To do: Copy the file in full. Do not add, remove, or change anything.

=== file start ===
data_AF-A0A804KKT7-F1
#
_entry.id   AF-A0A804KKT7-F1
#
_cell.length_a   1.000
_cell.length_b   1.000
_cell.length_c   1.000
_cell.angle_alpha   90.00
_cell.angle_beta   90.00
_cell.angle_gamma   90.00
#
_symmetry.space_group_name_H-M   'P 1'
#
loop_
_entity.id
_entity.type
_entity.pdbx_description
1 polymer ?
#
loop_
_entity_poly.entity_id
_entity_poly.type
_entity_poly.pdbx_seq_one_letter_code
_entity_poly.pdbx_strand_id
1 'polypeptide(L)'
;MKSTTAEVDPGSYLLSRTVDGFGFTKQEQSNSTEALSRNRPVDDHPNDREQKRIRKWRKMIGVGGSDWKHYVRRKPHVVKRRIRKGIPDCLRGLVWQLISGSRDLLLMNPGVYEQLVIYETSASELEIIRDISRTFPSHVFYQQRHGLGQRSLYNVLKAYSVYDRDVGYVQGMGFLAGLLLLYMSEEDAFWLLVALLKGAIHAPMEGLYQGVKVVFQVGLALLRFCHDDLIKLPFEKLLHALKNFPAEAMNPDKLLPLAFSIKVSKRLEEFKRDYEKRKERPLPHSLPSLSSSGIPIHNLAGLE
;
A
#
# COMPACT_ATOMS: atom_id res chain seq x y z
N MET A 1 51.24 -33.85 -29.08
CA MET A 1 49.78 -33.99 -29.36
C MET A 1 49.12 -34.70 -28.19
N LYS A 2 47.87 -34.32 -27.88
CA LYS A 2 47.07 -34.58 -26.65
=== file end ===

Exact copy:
data_AF-A0A804KKT7-F1
#
_entry.id   AF-A0A804KKT7-F1
#
_cell.length_a   1.000
_cell.length_b   1.000
_cell.length_c   1.000
_cell.angle_alpha   90.00
_cell.angle_beta   90.00
_cell.angle_gamma   90.00
#
_symmetry.space_group_name_H-M   'P 1'
#
loop_
_entity.id
_entity.type
_entity.pdbx_description
1 polymer ?
#
loop_
_entity_poly.entity_id
_entity_poly.type
_entity_poly.pdbx_seq_one_letter_code
_entity_poly.pdbx_strand_id
1 'polypeptide(L)'
;MKSTTAEVDPGSYLLSRTVDGFGFTKQEQSNSTEALSRNRPVDDHPNDREQKRIRKWRKMIGVGGSDWKHYVRRKPHVVKRRIRKGIPDCLRGLVWQLISGSRDLLLMNPGVYEQLVIYETSASELEIIRDISRTFPSHVFYQQRHGLGQRSLYNVLKAYSVYDRDVGYVQGMGFLAGLLLLYMSEEDAFWLLVALLKGAIHAPMEGLYQGVKVVFQVGLALLRFCHDDLIKLPFEKLLHALKNFPAEAMNPDKLLPLAFSIKVSKRLEEFKRDYEKRKERPLPHSLPSLSSSGIPIHNLAGLE
;
A
#
# COMPACT_ATOMS: atom_id res chain seq x y z
N MET A 1 51.24 -33.85 -29.08
CA MET A 1 49.78 -33.99 -29.36
C MET A 1 49.12 -34.70 -28.19
N LYS A 2 47.87 -34.32 -27.88
CA LYS A 2 47.07 -34.58 -26.65